Come One, Come All
By Heather Grubbs and Nahla Bendefaa ’16
Everyone loves a home-cooked meal.
But when you’re away at college, enjoying grandma’s homemade lasagna is often a sacrifice one must make.
Or is it?
One student-organized group is aiming to change that. The Food Co-op began two years ago as part of Class of 2014 graduate Taylor Hinton’s senior comp titled “Activism through Food: Creating a Housing and Dining Cooperative at Allegheny College.” Hinton says she initially intended for the co-op to “address inequalities in access to cooking spaces, account for a range of dietary needs and food cultures, share cooking knowledge, and provide students with local, cheap, home-cooked food.”
Hinton’s comp then expanded upon her vision by seeking to:
• Create a sustainable organizing structure for the dining cooperative.
• Expand the population that the group was serving as a cooperative.
• Acquire a house that would both support the dining cooperative and provide a second space in which students can live and cook together.
Current students Cara Brosius ’16, Stephanie Latour ’16, and Hawk Weisman ’16, who live in what is now known as the Co-op House on North Main Street, are carrying on Hinton’s vision by hosting Friday night homemade dinners on campus. The dinners seek to accomplish Hinton’s goals, as well as allow students to share family recipes and cultures and enjoy each other’s company.
“Whether you want to share an ethnic meal or your family’s apple pie, this is a welcome space to do that,” says Weisman, who is double-majoring in computer science and environmental studies. “Cooking and eating meals together was something I always did with my family, so this is a way to continue that.”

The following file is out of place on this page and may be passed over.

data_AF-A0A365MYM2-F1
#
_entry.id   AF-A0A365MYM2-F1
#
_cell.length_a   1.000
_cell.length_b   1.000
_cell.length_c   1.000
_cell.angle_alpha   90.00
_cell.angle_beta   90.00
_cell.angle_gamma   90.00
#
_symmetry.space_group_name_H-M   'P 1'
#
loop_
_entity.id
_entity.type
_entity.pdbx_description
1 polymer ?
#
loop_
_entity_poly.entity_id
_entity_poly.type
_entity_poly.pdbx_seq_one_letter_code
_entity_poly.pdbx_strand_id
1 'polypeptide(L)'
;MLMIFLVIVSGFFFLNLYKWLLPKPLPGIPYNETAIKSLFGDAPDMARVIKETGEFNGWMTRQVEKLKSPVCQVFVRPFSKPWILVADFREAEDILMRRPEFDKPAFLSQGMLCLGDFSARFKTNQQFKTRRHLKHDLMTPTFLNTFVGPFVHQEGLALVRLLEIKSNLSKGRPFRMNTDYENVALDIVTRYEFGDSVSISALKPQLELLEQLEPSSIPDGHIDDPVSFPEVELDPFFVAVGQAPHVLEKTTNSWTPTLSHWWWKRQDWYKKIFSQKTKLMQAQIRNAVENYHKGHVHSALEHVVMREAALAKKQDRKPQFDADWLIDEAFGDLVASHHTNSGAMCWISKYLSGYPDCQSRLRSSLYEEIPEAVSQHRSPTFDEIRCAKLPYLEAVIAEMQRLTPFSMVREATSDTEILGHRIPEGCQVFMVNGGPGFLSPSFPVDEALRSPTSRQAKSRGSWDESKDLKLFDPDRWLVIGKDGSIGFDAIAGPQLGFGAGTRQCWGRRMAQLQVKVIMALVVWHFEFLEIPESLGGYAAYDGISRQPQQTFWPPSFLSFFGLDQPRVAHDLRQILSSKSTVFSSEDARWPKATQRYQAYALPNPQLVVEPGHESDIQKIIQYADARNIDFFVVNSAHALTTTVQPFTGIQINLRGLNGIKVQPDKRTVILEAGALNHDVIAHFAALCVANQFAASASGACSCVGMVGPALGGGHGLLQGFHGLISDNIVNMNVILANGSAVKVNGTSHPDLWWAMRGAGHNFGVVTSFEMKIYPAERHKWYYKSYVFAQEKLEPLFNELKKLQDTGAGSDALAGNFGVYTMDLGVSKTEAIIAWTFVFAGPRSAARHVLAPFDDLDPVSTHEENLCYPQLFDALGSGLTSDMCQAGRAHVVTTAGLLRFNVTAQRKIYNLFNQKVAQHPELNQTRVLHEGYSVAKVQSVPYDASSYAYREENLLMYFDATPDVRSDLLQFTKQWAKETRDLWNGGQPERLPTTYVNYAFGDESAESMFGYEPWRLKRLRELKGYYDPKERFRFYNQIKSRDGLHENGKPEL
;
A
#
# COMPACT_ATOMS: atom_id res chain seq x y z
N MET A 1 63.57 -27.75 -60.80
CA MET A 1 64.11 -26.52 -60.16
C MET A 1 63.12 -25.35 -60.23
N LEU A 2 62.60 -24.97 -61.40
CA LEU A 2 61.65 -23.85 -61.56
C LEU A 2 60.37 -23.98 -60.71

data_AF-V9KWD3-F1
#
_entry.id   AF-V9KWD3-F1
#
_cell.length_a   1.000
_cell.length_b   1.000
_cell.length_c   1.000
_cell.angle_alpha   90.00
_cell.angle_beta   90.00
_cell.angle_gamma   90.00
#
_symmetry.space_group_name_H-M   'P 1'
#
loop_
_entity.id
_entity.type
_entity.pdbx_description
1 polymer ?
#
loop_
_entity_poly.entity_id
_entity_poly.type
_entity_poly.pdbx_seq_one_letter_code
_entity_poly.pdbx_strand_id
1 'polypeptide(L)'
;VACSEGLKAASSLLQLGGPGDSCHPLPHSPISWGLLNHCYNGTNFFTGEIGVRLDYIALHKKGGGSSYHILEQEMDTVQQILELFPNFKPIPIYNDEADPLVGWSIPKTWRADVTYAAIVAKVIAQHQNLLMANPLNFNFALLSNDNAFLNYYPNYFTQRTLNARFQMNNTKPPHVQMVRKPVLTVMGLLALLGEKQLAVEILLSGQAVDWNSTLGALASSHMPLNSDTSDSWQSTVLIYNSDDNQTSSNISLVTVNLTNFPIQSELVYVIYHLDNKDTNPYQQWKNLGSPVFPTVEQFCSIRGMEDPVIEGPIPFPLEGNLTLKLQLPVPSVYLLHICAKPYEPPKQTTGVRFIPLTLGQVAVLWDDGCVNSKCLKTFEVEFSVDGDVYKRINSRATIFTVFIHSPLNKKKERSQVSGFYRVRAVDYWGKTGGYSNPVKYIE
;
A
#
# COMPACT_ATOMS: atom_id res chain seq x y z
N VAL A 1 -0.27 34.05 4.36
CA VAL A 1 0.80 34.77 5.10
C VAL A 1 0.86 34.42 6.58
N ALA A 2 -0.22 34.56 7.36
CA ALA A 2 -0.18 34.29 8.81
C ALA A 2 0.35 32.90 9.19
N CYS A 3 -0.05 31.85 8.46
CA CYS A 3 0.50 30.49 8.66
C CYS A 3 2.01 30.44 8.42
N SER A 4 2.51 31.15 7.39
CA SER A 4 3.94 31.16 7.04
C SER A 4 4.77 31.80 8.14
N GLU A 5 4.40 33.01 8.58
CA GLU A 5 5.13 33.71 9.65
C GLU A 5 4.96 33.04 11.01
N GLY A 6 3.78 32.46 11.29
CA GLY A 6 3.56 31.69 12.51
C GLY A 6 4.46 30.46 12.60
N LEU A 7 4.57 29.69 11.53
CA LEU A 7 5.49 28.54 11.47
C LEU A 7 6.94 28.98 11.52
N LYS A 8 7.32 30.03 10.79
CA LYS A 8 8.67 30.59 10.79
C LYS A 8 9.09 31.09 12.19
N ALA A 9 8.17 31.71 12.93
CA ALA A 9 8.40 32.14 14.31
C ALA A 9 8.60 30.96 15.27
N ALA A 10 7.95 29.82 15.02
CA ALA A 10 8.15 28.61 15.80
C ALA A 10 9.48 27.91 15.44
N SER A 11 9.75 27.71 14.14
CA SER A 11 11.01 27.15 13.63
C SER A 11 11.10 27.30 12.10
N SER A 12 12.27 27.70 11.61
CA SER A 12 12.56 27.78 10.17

According to Weisman and Brosius, students sign up to participate in each week’s dinner. Two students are then assigned to the “head chef” role – meaning they are responsible for planning the meal – and two other students are assigned as sous chefs to assist with preparation.
For those students who prefer to stay out of the kitchen, they still can participate by serving as grocery shoppers, by volunteering to clean up, or by simply enjoying the food.
“Everyone here is very friendly, and there is definitely a sense of community since everyone helps out either cooking or cleaning,” says Catherine Schnur ’17. “Also, the food is always delicious!”
“Co-op is a great way to meet people you wouldn’t normally meet. It’s also a very welcoming environment,” adds Kara Van Balen ’17. “My first time here I felt like everyone was immediately my friend.”
The dinners are prepared and consumed in Carr Hall, with about 20 to 30 students attending. The group asks for a suggested donation of $2 to $3 to help cover shopping costs, or students can pay $20 up front for the entire semester.
“We represent a wide variety of majors and backgrounds on campus, which leads to a diverse menu,” Weisman says.
“We’ve had everything from lasagna to soup to Mexican food, and we really try to purchase fresh ingredients when possible, especially from the on-campus garden, the Carrden,” adds Brosius, an economics major and astronomy and mathematics minor. “We’ve also had other groups on campus like Edible Allegheny and the Green Living House volunteer to cook during certain weeks. We’d like to expand this concept by having other groups on campus participate, too.”
Just like Hinton’s original vision, the group stresses that its “come one, come all” approach applies to those with dietary restrictions, as well.
“We have a number of students who are vegetarians or vegans or those who eat gluten-free or have allergies, so we always make sure there are a lot of options,” Brosius says. “Personally, I like co-op because I have problems digesting certain foods, so I like knowing how each meal is prepared. Knowing that it’s homemade is comforting to me. Co-op is kind of like our home away from home.”